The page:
International equities lost less than US stocks in April in spite of the US dollar strengthening nearly 5% versus a basket of global currencies. Non-US Developed equities fell 6.7%. Emerging Markets were down 6.1%.

Gold prices declined 2% in April, but remain up 3.5% year-to-date.

 

 

 

Investment Advice offered through Marks Group Wealth Management, a Registered Investment Advisor.

Marks Group Wealth Management performs in-house analysis on companies.  Statistical information on mentioned companies is obtained from company reports, news releases and SEC filings.  The information set forth herein has been derived from sources believed to be reliable, but is not guaranteed as to accuracy and does not purport to be a complete analysis of the securities, companies or industries involved. Opinions expressed herein are subject to change without notice.  Additional information is available upon request.

The opinions voiced in this material are for general information only and are not intended to provide specific advice or recommendations for any individual. To determine which investments and strategies may be appropriate for you, consult with us at Marks Group Wealth Management or another trusted investment adviser.  Mention of individual equities in this commentary are for informational purposes only and are not intended to represent a recommendation.

Stock investing involves market risk including loss of principal. Bonds are subject to market and interest rate risk if sold prior to maturity. Bond values will decline as interest rates rise. International and emerging market investing involves special risks such as currency fluctuation and political instability. These risks are often heightened for investments in emerging markets.  No strategy assures success or protects against loss.  Because of their narrow focus, sector investing will be subject to greater volatility than investing more broadly across many sectors and companies.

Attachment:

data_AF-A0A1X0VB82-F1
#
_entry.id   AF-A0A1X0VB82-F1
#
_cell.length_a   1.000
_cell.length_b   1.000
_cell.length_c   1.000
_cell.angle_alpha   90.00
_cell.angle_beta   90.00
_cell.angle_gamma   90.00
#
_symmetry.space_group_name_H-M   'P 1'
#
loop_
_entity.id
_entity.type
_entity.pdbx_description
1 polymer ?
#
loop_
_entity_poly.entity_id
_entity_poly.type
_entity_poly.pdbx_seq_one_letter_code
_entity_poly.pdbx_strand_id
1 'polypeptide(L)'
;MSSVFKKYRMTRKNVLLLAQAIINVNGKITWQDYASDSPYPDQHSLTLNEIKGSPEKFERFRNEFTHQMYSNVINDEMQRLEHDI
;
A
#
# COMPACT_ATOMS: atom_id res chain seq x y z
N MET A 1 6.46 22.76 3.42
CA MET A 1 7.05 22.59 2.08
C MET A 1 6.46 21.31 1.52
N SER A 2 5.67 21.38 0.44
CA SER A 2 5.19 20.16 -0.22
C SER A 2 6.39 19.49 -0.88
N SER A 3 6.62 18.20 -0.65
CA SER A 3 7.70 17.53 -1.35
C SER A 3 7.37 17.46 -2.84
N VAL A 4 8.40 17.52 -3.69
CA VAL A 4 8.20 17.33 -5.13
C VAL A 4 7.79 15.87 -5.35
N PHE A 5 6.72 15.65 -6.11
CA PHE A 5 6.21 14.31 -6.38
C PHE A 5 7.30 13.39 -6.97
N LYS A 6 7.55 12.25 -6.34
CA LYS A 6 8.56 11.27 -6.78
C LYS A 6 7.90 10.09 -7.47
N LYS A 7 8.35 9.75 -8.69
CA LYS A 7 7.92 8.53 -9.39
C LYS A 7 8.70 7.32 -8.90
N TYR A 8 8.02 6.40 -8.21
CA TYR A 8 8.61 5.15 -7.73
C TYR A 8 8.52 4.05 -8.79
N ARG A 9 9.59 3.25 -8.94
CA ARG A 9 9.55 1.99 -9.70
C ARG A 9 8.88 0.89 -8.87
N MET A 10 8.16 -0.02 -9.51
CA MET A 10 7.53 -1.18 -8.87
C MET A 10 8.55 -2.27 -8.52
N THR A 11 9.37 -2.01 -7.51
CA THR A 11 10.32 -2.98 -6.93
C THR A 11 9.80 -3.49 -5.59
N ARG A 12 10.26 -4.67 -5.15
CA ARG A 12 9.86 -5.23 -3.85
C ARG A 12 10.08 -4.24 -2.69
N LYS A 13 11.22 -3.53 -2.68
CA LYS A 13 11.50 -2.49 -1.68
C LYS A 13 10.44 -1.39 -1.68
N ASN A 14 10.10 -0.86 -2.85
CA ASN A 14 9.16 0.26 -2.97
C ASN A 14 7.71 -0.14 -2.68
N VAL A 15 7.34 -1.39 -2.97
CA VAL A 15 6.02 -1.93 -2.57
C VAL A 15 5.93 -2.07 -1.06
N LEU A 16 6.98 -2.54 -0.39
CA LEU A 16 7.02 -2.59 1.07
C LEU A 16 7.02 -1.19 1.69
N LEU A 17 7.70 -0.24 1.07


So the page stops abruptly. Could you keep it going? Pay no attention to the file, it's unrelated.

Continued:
Past performance is no guarantee of future results.  All indices are unmanaged and may not be invested into directly.

The Standard & Poor’s 500 Index is a capitalization weighted index of 500 stocks designed to measure performance of the broad domestic economy through changes in the aggregate market value of 500 stocks representing all major industries.

The NASDAQ Composite Index measures all NASDAQ domestic and non-U.S. based common stocks listed on The NASDAQ Stock Market. The market value, the last sale price multiplied by total shares outstanding, is calculated throughout the trading day, and is related to the total value of the Index.

The Dow Jones Industrial Average is comprised of 30 stocks that are major factors in their industries and widely held by individuals and institutional investors.

The Russell 2000 Index is an unmanaged index generally representative of the 2,000 smallest companies in the Russell Index, which represents approximately 10% of the total market capitalization of the Russell 3000 Index.

MSCI EAFE Index consists of the following 21 developed market country indices: Australia, Austria, Belgium, Denmark, Finland, France, Germany, Hong Kong, Ireland, Israel, Italy, Japan, the Netherlands, New Zealand, Norway, Portugal, Singapore, Spain, Sweden, Switzerland, and the United Kingdom.

The MSCI Emerging Markets Index is a free float-adjusted market capitalization index that is designed to measure equity market performance of emerging markets.

The Barclays Aggregate Bond Index represents securities that are SEC-registered, taxable, and dollar denominated. The index covers the U.S. investment-grade fixed rate bond market, with index components for government and corporate securities, mortgage pass-through securities, and asset-backed securities.